Mouth cancer or oral cancer is a disease where a tumor develops on the surface of the tongue, lips, gums or mouth. Tumors may also occur in the pharynx, salivary glands and tonsils.

In 2013, American actor and producer Michael Douglas revealed that he had mouth cancer and not throat cancer, as what had been earlier reported. This revelation made the world talk about oral sex or cunnilingus which has been linked to mouth cancer.

Here are the five things you need to know about mouth cancer:

1. Mouth cancer is linked to oral sex.

According to Jesster Navarro, a visiting consultant at Makati Medical Center, who’s a diplomate of the Philippine Board of Otolaryngology, 30-32 percent incidents of mouth cancer are attributed to the Human Papilloma Virus (HPV) infection, specifically HPV 16, which is also associated to cervical cancer, penile and anal cancers.

Engaging in oral sex with a partner who has had multiple sex partners can increase the chances of contracting HPV.

Being linked to HPV causes embarrassment to the patient that leaves them unchecked until they are already on the advanced stages of cancer. Patients only turn to doctors until they could no longer open their mouths or swallow.

“I really urge people, especially the sexually active, to do a self-examination of their mouths every two weeks,” The Philippine Daily Inquirer reported Navarro as saying. “If you have a mouth sore that’s been there for more than two weeks, have yourself examined by a doctor.”

2. Mouth cancer has numerous symptoms.

Mouth cancer symptoms normally begin to appear when people are in their 50s and can affect both men and women. Some of the known symptoms include ulcers, white or red or patches on the lining of the mouth or tongue, and a lump.

Other mouth cancer symptoms include:

  • Bad Breath
  • Difficulty in swallowing
  • Hoarseness of voice
  • Throat obstruction
  • Numbness
  • Lump in the neck
  • Bleeding
  • Jaw pain and stiffness
  • Sore Throat
  • Difficulty speaking
  • Difficult or painful chewing
  • Soreness that doesn’t heal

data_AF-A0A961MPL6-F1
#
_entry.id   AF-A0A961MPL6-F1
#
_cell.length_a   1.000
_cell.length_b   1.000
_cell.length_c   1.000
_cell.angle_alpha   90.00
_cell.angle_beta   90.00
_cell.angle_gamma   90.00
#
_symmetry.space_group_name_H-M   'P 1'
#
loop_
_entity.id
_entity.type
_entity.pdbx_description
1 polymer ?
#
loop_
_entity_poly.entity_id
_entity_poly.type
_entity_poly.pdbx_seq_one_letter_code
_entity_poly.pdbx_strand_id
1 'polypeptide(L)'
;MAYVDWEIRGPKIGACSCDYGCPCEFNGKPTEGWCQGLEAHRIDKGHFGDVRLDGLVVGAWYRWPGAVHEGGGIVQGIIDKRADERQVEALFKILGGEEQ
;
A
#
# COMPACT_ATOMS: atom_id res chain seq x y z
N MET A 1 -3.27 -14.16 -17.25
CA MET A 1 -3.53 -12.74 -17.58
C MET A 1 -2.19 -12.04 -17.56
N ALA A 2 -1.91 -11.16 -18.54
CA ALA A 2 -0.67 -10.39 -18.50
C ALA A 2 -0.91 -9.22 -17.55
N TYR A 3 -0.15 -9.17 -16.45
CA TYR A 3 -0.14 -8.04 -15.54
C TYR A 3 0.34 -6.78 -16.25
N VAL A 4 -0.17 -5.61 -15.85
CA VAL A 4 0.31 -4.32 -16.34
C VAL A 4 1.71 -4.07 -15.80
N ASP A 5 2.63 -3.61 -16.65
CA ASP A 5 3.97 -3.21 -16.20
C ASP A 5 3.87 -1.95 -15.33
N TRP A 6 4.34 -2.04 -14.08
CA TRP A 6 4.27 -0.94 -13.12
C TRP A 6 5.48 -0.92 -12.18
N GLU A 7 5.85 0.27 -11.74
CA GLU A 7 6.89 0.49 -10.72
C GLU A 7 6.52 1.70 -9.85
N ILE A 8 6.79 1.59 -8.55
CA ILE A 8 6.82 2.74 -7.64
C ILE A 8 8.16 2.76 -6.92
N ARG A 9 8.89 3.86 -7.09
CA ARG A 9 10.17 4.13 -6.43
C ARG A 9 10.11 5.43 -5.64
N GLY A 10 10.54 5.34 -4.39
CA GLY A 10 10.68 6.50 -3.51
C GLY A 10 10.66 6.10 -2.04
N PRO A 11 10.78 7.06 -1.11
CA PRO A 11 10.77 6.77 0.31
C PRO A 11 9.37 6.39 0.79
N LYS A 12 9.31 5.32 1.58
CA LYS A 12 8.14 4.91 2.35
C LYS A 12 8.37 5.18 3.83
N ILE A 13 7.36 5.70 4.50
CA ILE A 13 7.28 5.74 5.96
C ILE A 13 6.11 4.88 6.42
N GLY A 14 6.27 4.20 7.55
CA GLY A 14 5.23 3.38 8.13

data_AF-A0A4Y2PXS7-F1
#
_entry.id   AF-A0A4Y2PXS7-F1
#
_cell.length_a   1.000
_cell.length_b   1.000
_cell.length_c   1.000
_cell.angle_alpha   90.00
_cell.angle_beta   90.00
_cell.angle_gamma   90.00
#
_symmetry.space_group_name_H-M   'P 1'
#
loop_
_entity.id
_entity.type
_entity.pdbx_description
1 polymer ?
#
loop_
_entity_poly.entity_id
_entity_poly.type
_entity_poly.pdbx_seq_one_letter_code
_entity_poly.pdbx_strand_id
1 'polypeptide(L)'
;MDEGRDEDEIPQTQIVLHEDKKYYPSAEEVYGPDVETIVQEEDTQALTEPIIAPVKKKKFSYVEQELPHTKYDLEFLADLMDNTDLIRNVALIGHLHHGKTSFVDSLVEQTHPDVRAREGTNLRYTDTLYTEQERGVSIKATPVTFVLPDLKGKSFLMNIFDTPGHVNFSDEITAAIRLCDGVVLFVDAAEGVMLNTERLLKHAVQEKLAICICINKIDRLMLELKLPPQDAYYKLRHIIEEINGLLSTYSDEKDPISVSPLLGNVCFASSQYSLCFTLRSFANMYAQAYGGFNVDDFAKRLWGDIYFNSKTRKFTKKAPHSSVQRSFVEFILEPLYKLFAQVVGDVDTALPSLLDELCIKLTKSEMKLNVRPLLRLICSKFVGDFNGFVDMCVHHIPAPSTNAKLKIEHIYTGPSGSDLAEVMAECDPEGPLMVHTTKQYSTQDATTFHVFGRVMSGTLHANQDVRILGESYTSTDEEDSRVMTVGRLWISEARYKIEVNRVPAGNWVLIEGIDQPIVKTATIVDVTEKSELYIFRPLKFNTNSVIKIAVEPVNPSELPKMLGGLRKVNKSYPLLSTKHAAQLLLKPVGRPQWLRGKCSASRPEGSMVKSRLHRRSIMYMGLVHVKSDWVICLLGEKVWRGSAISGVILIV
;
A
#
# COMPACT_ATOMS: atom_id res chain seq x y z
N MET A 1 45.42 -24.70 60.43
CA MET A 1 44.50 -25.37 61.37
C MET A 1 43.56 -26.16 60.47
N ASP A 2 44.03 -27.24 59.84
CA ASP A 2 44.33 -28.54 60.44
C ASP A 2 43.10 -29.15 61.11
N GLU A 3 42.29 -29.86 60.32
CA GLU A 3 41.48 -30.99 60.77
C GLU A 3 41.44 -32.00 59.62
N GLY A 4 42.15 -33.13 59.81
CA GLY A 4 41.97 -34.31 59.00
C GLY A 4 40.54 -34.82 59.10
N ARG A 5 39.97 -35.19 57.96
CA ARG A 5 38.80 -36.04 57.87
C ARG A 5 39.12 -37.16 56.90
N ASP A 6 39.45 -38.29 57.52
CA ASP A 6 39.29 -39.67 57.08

Early detection can raise a 40 percent survival rate in the next five years while late detection gives a 20 percent chance of survival.​

3. Oral cancer is the ninth leading cause of cancer.

Navarro said that oral cancer is the ninth leading cause of cancer, especially among men in the Philippines. Other than contracting HPV, mouth cancer is also caused by smoking or using products that contain tobacco, betel nut chewing, poor oral hygiene and drinking.

The risk of acquiring mouth cancer significantly increases when the smoker also drinks, or when chewing betel nut that is already carcinogenic, is enjoyed with tobacco.

4. The signs of mouth cancer first appear on the tongue.

The first signs of mouth cancer appear on the tongue, and since it forms new blood vessels, it enables the cancer to spread easily.

5. Mouth cancer is a “very disabling” kind of cancer.

Navarro said that mouth cancer is a “very disabling kind ” of cancer because in its advanced stages, the patient can no longer open his mouth. Sometimes, parts of the mouth such as the tongue or jaw have to be removed.

Mouth cancer surgery is highly drastic, with some cases requiring the entire tongue to be removed. In order to pull out all the lymph nodes, half the jaw has to be removed as well.

However, patients with mouth cancer don’t have to lose hope because with therapy and rehabilitation, communication and swallowing can be restored over time. 

"The best prevention for this is  lifestyle change," Navarro said. "Get regular dental checkups, stop smoking and drinking."

He also advised those who are into oral sex to make sure that they are aware of the sexual history of their partner before engaging in the act.